Lease agreements subject to City Ordinances 2017.39 and 2017.48 do not qualify for “grandfathered” A.R.S. § 42-6203(A) rates because there was not a development agreement, ordinance, or resolution approved before June 1, 2010 authorizing a lease on “specified conditions.” The “grandfathering” ordinance referenced in both projects, City Ordinance 2010.76, is nothing more than a generic reference to using GPLET and has no “specified conditions” related to either project. Such an interpretation of a grandfathering provision renders the statute meaningless as any project within the city could qualify. The use of City Ordinance 2010.76 is patently against the law. Further, the City knows well the legislative intent of the grandfathering clause was to only allow specific projects already approved by a governing body to continue as originally designed.
Failure to Consult DOR
In 2017, the Arizona State Legislature passed HB2213, which among other changes added a provision to A.R.S. § 42-6203(A) that requires DOR to determine compliance with the section in order to access the “grandfathered” rates. For this law to have any meaning, this review must occur before the lease rates are accessed. This law became effective August 9, 2017, well before both lease agreements were signed. To my knowledge no review occurred, which means both lease agreements are also in conflict with this provision of state law.
No Legal Basis to Begin a 50 Year Lease Agreement in Year 47
Finally, City Ordinance 2017.39 and subsequent lease agreement(s) are in violation of state law because they purport to begin a new GPLET lease agreement in year 47, allowing for a significantly reduced rate of tax remittance.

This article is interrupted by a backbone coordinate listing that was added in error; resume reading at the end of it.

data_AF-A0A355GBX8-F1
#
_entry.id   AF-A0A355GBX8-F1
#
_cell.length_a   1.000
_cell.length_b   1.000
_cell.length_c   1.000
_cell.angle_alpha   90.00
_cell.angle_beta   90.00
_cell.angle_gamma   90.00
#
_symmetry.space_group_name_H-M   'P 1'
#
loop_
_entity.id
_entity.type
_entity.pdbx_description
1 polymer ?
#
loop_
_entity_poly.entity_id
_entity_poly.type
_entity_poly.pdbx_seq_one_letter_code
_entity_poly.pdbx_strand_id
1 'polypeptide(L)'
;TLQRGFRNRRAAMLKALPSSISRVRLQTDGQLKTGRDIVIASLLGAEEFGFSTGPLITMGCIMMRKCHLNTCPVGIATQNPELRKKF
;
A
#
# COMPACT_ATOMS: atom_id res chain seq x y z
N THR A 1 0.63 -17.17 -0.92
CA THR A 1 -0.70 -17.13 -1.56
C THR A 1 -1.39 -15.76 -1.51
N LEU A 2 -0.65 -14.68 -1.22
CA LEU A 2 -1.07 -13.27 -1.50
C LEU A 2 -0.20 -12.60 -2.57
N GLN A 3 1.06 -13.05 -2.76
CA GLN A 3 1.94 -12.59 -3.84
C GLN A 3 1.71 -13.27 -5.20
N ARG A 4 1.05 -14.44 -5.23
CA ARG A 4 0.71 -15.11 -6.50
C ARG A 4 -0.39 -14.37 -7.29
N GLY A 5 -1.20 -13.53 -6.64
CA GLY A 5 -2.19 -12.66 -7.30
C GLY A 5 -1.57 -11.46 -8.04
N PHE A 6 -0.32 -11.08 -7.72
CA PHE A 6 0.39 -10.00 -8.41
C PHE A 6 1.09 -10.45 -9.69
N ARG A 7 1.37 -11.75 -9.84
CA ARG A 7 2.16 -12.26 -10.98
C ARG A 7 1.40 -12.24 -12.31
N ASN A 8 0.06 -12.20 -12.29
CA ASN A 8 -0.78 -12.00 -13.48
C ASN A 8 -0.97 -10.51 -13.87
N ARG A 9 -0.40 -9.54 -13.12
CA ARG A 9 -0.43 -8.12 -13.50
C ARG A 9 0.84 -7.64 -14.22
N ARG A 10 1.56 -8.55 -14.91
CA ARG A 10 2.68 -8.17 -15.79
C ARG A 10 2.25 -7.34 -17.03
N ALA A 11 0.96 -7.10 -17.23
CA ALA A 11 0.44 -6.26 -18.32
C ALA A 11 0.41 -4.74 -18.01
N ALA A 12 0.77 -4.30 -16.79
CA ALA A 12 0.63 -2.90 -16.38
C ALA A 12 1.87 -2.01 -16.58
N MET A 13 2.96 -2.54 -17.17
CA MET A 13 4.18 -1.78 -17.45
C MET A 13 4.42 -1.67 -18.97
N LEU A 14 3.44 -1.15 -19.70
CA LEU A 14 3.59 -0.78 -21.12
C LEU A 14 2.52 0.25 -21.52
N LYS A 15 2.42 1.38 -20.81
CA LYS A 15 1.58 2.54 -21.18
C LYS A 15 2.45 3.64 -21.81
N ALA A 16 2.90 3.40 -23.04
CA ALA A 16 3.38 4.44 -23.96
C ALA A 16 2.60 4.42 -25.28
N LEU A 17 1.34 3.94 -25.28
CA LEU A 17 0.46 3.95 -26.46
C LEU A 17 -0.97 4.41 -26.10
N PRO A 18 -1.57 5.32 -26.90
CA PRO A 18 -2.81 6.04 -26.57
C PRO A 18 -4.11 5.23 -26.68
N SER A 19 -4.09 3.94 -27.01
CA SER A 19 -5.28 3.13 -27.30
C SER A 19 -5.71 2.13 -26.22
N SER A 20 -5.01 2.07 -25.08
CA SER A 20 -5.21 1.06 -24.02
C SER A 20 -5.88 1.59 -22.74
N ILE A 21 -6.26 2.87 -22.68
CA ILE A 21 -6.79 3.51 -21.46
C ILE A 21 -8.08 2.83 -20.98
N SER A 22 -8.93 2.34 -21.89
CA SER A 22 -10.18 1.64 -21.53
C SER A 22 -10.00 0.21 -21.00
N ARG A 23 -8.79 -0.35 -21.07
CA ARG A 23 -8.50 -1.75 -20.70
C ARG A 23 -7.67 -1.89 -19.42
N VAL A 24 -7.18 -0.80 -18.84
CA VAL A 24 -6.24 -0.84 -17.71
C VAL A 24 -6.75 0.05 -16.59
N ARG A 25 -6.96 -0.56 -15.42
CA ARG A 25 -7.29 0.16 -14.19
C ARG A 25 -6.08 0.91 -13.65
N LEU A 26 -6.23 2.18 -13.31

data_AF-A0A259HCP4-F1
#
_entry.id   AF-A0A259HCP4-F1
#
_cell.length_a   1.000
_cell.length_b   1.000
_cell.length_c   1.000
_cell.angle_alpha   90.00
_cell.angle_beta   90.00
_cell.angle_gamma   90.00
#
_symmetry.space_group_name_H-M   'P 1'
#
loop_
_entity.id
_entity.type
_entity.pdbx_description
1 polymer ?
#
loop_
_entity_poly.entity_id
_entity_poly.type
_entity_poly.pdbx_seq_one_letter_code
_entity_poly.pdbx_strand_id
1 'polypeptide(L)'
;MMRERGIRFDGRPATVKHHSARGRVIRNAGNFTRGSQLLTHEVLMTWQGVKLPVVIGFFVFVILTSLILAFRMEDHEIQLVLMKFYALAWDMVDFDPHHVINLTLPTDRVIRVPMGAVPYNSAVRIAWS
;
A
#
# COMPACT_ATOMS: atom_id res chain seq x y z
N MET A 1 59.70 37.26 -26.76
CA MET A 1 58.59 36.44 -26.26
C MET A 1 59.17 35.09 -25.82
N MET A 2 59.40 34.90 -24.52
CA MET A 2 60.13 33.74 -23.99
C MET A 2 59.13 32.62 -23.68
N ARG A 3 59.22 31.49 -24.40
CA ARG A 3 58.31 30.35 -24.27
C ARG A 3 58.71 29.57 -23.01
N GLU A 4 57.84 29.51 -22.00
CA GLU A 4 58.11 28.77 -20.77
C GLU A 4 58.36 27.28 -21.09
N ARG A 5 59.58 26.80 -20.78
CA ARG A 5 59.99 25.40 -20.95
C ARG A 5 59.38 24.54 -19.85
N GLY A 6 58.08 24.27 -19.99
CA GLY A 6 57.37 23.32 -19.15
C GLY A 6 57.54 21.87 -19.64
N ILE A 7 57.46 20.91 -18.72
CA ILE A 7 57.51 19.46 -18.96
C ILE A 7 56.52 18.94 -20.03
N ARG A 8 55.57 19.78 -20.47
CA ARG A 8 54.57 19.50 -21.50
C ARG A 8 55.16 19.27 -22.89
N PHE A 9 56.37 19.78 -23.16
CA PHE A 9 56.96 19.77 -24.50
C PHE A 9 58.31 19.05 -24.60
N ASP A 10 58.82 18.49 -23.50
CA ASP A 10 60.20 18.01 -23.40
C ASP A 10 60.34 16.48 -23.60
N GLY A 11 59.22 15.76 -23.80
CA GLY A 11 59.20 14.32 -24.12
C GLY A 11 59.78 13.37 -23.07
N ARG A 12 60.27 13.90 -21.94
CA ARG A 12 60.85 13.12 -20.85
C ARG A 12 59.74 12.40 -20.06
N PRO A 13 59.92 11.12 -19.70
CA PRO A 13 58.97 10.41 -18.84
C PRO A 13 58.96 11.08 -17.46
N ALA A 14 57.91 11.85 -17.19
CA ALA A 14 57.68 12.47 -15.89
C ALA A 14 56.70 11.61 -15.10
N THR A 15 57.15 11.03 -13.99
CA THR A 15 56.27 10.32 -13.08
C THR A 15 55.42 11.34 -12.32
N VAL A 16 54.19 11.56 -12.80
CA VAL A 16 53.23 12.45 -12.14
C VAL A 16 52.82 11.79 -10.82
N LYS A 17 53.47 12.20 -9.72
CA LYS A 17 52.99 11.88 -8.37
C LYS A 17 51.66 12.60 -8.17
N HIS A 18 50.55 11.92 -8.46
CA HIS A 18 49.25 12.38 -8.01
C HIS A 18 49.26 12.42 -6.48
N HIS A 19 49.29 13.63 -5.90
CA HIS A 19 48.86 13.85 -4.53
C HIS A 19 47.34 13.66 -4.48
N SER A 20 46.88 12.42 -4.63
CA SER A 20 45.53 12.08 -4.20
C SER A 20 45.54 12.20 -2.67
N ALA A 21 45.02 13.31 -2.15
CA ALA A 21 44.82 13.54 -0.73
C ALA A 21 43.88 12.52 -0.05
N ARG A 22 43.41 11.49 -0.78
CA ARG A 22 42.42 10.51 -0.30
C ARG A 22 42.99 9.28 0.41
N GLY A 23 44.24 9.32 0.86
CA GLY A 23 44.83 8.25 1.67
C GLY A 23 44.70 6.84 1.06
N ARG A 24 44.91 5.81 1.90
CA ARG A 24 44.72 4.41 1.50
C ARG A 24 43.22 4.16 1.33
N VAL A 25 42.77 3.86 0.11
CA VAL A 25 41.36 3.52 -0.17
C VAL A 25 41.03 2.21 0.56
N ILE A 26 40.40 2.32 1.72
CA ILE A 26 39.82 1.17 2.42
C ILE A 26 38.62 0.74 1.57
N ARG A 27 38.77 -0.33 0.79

The rates of tax for “grandfathered” GPLET rates are outlined in A.R.S. § 42-6203(A)(2). These rates decline every ten years from the beginning of the GPLET lease until year 50 when the rate becomes zero. The statute does not allow a new GPLET agreement to “back-date” the lease agreement to the original construction date of the building. The property in question was built in 1970 and as a commercial hotel has been remitting ad-valorem property taxes. It will not become a government property subject to GPLET until the government receives the deed following the certificate of occupancy. A.R.S. § 42-6203(A)(2) reads:
“The tax rate for government property improvements for which the original certificate of occupancy was issued:
(a) At least ten years but less than twenty years before the date the tax is due is eighty percent of the rate provided in paragraph 1 of this subsection.
(b) At least twenty years but less than thirty years before the date the tax is due is sixty percent of the rate provided in paragraph 1 of this subsection.
(c) At least thirty but less than forty years before the date the tax is due is forty percent of the rate provided in paragraph 1 of this subsection.
(d) At least forty but less than fifty years before the date the tax is due is twenty percent of the rate provided in paragraph 1 of this subsection.
(e) Fifty or more years before the date the tax is due is zero.”
Although the property was originally built in 1970, it did not become government property until 2017, and therefore the original certificate of occupancy (C/O) would be in 2017, not 1970.
Despite there being a significant and obvious financial incentive for the City and the lessee to pretend this incentive began 47 years ago, such an interpretation is a peculiar and likely illegal stretch of the law.
Thankfully, the recourse for both GPLET deals is relatively simple. Both leases must be canceled and re-signed using the “post-2010” GPLET rates of A.R.S. § 42-6203(B). This solves all three illegal actions taken by the council and will not further necessitate an Attorney General SB 1487 investigation brought pursuant to A.R.S. § 41-194.01. I expect your response on these matters by Thursday, December 21.